Lionfish are a problem throughout the Caribbean, however the problem has been effectively controlled in the Cayman Islands by introducing organised culls to reduce the lionfish population.
Native to the Indo-Pacific region, it’s believed that an aquarium owner released only eight captive lionfish off the coast of Florida in 1985
While lionfish are strikingly beautiful creatures with their distinctive stripes and spines, they are also an eco-disaster to the Caribbean and its dive industry. They are voracious predators that devour small and juvenile fish and crustaceans in large quantities, as well as competing with native species for space and other food. This, coupled with the fact that they can reach reproductive maturity at less than one-year old and can then lay 30,000 eggs every four days, makes them a major problem in Cayman waters.
Since they are not native to Caribbean waters, they have no known predators which means their population will only multiply. The Cayman community is doing its bit by culling the lionfish in order to combat their growing population and save the dive industry. Be aware that lionfish are extremely venomous. Do not attempt to catch one without proper Department of Environment (DoE) training and a licence. Divers, snorkelers, and fishermen can obtain licences from the DoE to remove lionfish from the sea. The DoE and a couple of dive operators (Ambassador Divers, Divetech and Ocean Frontiers) run a 90-minute licensing course that is open to everyone. For more information call visit www.doe.ky/marine/lionfish-invasive.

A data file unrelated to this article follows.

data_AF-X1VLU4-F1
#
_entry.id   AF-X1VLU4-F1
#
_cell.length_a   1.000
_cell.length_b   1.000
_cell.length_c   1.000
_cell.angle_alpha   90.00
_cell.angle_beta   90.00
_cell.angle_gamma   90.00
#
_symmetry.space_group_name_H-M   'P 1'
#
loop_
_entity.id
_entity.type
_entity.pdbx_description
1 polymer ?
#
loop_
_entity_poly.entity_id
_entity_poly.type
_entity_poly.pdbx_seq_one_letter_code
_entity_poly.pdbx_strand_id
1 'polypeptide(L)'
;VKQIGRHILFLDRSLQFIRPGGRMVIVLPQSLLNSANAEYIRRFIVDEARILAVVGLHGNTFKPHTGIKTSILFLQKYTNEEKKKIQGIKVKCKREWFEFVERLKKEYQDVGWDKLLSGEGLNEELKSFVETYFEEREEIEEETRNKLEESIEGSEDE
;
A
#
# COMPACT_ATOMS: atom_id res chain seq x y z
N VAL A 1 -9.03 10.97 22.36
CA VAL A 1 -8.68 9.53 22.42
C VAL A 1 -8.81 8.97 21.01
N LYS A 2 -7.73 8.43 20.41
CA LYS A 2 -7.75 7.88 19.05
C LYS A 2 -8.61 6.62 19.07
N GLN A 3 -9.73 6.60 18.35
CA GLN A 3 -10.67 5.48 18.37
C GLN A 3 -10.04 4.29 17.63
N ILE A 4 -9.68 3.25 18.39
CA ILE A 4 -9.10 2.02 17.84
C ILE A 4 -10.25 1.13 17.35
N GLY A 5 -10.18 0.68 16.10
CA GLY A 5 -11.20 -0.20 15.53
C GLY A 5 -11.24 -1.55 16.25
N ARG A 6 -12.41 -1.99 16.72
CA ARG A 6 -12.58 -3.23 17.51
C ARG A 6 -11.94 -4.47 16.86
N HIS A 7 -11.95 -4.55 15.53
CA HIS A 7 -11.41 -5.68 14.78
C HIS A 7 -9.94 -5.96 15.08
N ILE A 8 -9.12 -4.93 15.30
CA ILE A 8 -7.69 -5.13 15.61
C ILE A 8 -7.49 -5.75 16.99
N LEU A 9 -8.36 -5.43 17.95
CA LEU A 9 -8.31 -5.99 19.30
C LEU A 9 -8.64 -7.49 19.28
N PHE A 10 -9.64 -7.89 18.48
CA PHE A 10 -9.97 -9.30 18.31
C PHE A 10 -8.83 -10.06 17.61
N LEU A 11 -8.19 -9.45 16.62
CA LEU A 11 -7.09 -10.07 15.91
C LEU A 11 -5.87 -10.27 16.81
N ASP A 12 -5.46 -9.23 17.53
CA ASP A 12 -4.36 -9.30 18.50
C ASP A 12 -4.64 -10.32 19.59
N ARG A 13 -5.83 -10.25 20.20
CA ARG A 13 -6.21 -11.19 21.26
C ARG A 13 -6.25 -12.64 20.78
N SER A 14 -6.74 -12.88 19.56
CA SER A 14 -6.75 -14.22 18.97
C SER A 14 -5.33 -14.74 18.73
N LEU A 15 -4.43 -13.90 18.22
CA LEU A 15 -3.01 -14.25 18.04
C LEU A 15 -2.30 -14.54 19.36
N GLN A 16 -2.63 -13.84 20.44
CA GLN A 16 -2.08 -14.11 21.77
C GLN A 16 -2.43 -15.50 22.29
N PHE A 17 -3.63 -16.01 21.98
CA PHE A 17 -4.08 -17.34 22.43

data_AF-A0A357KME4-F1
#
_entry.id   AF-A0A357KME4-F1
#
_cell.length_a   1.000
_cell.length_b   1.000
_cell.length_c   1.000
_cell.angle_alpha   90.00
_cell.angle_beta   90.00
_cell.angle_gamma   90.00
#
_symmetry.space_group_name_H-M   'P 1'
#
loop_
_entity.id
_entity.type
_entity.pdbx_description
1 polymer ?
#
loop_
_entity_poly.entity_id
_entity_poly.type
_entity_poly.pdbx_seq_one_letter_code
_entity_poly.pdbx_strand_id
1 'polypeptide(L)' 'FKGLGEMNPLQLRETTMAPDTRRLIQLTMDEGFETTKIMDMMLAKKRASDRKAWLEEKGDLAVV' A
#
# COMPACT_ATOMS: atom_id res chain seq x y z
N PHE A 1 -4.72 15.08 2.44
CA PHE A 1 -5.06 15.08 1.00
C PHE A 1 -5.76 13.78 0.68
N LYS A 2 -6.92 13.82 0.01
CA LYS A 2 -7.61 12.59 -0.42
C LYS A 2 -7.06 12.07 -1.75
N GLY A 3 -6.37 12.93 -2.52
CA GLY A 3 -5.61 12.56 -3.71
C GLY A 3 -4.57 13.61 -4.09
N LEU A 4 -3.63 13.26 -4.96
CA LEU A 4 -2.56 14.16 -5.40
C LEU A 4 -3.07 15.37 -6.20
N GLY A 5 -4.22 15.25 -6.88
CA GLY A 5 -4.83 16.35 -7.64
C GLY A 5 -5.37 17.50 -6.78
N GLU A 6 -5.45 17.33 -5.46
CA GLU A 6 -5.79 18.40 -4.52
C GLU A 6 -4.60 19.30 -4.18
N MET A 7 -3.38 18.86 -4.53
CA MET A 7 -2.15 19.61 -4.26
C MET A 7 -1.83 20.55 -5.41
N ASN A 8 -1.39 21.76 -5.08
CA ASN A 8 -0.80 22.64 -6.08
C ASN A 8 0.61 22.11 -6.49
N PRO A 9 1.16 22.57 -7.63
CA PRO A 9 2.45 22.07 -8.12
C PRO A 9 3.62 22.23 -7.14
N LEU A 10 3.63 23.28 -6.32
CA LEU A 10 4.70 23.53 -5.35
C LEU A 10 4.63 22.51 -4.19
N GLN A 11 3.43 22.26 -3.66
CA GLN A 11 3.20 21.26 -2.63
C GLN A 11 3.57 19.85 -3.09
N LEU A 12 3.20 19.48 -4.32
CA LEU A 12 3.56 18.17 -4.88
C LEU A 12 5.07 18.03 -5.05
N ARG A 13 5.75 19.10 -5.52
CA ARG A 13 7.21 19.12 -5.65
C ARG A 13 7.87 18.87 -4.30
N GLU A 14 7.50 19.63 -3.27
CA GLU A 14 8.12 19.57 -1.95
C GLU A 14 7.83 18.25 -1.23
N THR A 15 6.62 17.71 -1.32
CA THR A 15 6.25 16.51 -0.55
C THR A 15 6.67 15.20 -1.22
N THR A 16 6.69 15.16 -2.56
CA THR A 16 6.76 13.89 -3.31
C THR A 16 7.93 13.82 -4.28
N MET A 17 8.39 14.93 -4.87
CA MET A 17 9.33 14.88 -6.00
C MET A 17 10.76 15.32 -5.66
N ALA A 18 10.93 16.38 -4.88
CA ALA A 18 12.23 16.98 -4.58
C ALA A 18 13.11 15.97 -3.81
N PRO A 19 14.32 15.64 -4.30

When served in local restaurants, however, lionfish is completely safe. A surprising fact is that lionfish is delicious. A white fish, they are mild and flaky when cooked. If you don’t want to catch them yourself, they appear on the menu at Tukka and Eagle Rays Bar & Grill in the East End, Guy Harvey’s in George Town and VIVO in West Bay. This is one reef fish we can eat with a clean conscience!